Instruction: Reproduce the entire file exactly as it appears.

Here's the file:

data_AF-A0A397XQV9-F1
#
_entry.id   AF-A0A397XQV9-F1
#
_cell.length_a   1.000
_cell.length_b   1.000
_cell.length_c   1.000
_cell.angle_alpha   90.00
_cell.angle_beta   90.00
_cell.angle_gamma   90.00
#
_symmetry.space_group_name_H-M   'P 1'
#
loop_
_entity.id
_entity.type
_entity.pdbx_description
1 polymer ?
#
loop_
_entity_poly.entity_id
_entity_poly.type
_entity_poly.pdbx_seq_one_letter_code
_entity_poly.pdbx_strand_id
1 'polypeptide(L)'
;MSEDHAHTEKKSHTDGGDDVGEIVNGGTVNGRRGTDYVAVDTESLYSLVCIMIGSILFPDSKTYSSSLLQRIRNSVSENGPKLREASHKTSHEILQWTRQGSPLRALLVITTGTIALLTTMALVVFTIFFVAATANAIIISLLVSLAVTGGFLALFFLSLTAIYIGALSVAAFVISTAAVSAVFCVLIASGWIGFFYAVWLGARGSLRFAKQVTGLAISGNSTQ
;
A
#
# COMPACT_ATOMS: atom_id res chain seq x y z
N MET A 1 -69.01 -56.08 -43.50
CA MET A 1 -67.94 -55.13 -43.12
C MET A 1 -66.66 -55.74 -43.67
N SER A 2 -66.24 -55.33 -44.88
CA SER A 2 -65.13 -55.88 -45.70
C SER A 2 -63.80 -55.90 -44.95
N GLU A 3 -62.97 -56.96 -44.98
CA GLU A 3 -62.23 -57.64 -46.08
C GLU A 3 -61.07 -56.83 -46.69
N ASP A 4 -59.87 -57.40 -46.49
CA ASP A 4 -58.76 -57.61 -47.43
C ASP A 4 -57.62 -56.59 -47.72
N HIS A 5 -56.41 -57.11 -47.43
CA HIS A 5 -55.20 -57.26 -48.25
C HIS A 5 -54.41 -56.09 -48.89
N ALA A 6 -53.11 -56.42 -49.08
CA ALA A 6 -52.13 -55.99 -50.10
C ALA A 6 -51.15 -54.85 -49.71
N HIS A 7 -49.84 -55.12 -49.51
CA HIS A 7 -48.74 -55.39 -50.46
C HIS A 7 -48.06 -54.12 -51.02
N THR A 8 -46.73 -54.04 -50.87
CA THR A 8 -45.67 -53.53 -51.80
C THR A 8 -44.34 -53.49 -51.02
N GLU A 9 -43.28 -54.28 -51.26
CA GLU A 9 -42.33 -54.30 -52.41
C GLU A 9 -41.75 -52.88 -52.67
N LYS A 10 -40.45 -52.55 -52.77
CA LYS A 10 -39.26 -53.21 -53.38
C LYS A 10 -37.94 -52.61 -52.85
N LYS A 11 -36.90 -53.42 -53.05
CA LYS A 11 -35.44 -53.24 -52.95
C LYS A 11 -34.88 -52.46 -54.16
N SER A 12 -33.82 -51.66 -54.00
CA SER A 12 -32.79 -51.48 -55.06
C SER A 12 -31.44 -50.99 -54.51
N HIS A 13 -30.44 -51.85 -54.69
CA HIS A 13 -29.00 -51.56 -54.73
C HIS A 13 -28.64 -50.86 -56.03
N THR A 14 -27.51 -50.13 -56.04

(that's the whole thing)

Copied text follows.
data_AF-A0A397XQV9-F1
#
_entry.id   AF-A0A397XQV9-F1
#
_cell.length_a   1.000
_cell.length_b   1.000
_cell.length_c   1.000
_cell.angle_alpha   90.00
_cell.angle_beta   90.00
_cell.angle_gamma   90.00
#
_symmetry.space_group_name_H-M   'P 1'
#
loop_
_entity.id
_entity.type
_entity.pdbx_description
1 polymer ?
#
loop_
_entity_poly.entity_id
_entity_poly.type
_entity_poly.pdbx_seq_one_letter_code
_entity_poly.pdbx_strand_id
1 'polypeptide(L)'
;MSEDHAHTEKKSHTDGGDDVGEIVNGGTVNGRRGTDYVAVDTESLYSLVCIMIGSILFPDSKTYSSSLLQRIRNSVSENGPKLREASHKTSHEILQWTRQGSPLRALLVITTGTIALLTTMALVVFTIFFVAATANAIIISLLVSLAVTGGFLALFFLSLTAIYIGALSVAAFVISTAAVSAVFCVLIASGWIGFFYAVWLGARGSLRFAKQVTGLAISGNSTQ
;
A
#
# COMPACT_ATOMS: atom_id res chain seq x y z
N MET A 1 -69.01 -56.08 -43.50
CA MET A 1 -67.94 -55.13 -43.12
C MET A 1 -66.66 -55.74 -43.67
N SER A 2 -66.24 -55.33 -44.88
CA SER A 2 -65.13 -55.88 -45.70
C SER A 2 -63.80 -55.90 -44.95
N GLU A 3 -62.97 -56.96 -44.98
CA GLU A 3 -62.23 -57.64 -46.08
C GLU A 3 -61.07 -56.83 -46.69
N ASP A 4 -59.87 -57.40 -46.49
CA ASP A 4 -58.76 -57.61 -47.43
C ASP A 4 -57.62 -56.59 -47.72
N HIS A 5 -56.41 -57.11 -47.43
CA HIS A 5 -55.20 -57.26 -48.25
C HIS A 5 -54.41 -56.09 -48.89
N ALA A 6 -53.11 -56.42 -49.08
CA ALA A 6 -52.13 -55.99 -50.10
C ALA A 6 -51.15 -54.85 -49.71
N HIS A 7 -49.84 -55.12 -49.51
CA HIS A 7 -48.74 -55.39 -50.46
C HIS A 7 -48.06 -54.12 -51.02
N THR A 8 -46.73 -54.04 -50.87
CA THR A 8 -45.67 -53.53 -51.80
C THR A 8 -44.34 -53.49 -51.02
N GLU A 9 -43.28 -54.28 -51.26
CA GLU A 9 -42.33 -54.30 -52.41
C GLU A 9 -41.75 -52.88 -52.67
N LYS A 10 -40.45 -52.55 -52.77
CA LYS A 10 -39.26 -53.21 -53.38
C LYS A 10 -37.94 -52.61 -52.85
N LYS A 11 -36.90 -53.42 -53.05
CA LYS A 11 -35.44 -53.24 -52.95
C LYS A 11 -34.88 -52.46 -54.16
N SER A 12 -33.82 -51.66 -54.00
CA SER A 12 -32.79 -51.48 -55.06
C SER A 12 -31.44 -50.99 -54.51
N HIS A 13 -30.44 -51.85 -54.69
CA HIS A 13 -29.00 -51.56 -54.73
C HIS A 13 -28.64 -50.86 -56.03
N THR A 14 -27.51 -50.13 -56.04